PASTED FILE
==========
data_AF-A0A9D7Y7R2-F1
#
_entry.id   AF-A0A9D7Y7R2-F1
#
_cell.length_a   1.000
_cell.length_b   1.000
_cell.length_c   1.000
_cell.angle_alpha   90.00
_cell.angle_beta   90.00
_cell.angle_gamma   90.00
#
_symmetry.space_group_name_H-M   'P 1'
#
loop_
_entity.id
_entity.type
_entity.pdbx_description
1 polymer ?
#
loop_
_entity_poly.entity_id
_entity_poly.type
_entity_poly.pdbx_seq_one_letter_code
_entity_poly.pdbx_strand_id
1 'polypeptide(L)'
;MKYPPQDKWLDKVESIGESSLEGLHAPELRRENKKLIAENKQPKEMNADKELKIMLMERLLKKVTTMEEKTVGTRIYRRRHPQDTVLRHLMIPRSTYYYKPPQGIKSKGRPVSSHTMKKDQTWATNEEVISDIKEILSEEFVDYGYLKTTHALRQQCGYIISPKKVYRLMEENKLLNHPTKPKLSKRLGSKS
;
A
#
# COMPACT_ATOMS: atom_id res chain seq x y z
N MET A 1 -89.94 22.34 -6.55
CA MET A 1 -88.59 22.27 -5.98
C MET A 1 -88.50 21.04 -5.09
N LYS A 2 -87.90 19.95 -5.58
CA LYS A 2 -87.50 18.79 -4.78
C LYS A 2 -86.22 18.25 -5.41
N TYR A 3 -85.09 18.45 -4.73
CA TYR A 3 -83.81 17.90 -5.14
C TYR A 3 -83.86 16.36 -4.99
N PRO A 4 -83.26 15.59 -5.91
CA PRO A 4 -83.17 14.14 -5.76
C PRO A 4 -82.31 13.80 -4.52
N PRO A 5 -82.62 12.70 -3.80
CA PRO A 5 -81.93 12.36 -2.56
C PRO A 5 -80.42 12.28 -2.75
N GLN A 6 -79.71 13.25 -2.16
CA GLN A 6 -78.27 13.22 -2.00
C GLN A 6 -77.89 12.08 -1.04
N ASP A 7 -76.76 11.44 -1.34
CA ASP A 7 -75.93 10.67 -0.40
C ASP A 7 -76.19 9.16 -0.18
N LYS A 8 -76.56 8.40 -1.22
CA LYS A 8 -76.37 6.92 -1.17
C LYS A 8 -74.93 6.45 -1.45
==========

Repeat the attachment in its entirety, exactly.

data_AF-A0A9D7Y7R2-F1
#
_entry.id   AF-A0A9D7Y7R2-F1
#
_cell.length_a   1.000
_cell.length_b   1.000
_cell.length_c   1.000
_cell.angle_alpha   90.00
_cell.angle_beta   90.00
_cell.angle_gamma   90.00
#
_symmetry.space_group_name_H-M   'P 1'
#
loop_
_entity.id
_entity.type
_entity.pdbx_description
1 polymer ?
#
loop_
_entity_poly.entity_id
_entity_poly.type
_entity_poly.pdbx_seq_one_letter_code
_entity_poly.pdbx_strand_id
1 'polypeptide(L)'
;MKYPPQDKWLDKVESIGESSLEGLHAPELRRENKKLIAENKQPKEMNADKELKIMLMERLLKKVTTMEEKTVGTRIYRRRHPQDTVLRHLMIPRSTYYYKPPQGIKSKGRPVSSHTMKKDQTWATNEEVISDIKEILSEEFVDYGYLKTTHALRQQCGYIISPKKVYRLMEENKLLNHPTKPKLSKRLGSKS
;
A
#
# COMPACT_ATOMS: atom_id res chain seq x y z
N MET A 1 -89.94 22.34 -6.55
CA MET A 1 -88.59 22.27 -5.98
C MET A 1 -88.50 21.04 -5.09
N LYS A 2 -87.90 19.95 -5.58
CA LYS A 2 -87.50 18.79 -4.78
C LYS A 2 -86.22 18.25 -5.41
N TYR A 3 -85.09 18.45 -4.73
CA TYR A 3 -83.81 17.90 -5.14
C TYR A 3 -83.86 16.36 -4.99
N PRO A 4 -83.26 15.59 -5.91
CA PRO A 4 -83.17 14.14 -5.76
C PRO A 4 -82.31 13.80 -4.52
N PRO A 5 -82.62 12.70 -3.80
CA PRO A 5 -81.93 12.36 -2.56
C PRO A 5 -80.42 12.28 -2.75
N GLN A 6 -79.71 13.25 -2.16
CA GLN A 6 -78.27 13.22 -2.00
C GLN A 6 -77.89 12.08 -1.04
N ASP A 7 -76.76 11.44 -1.34
CA ASP A 7 -75.93 10.67 -0.40
C ASP A 7 -76.19 9.16 -0.18
N LYS A 8 -76.56 8.40 -1.22
CA LYS A 8 -76.37 6.92 -1.17
C LYS A 8 -74.93 6.45 -1.45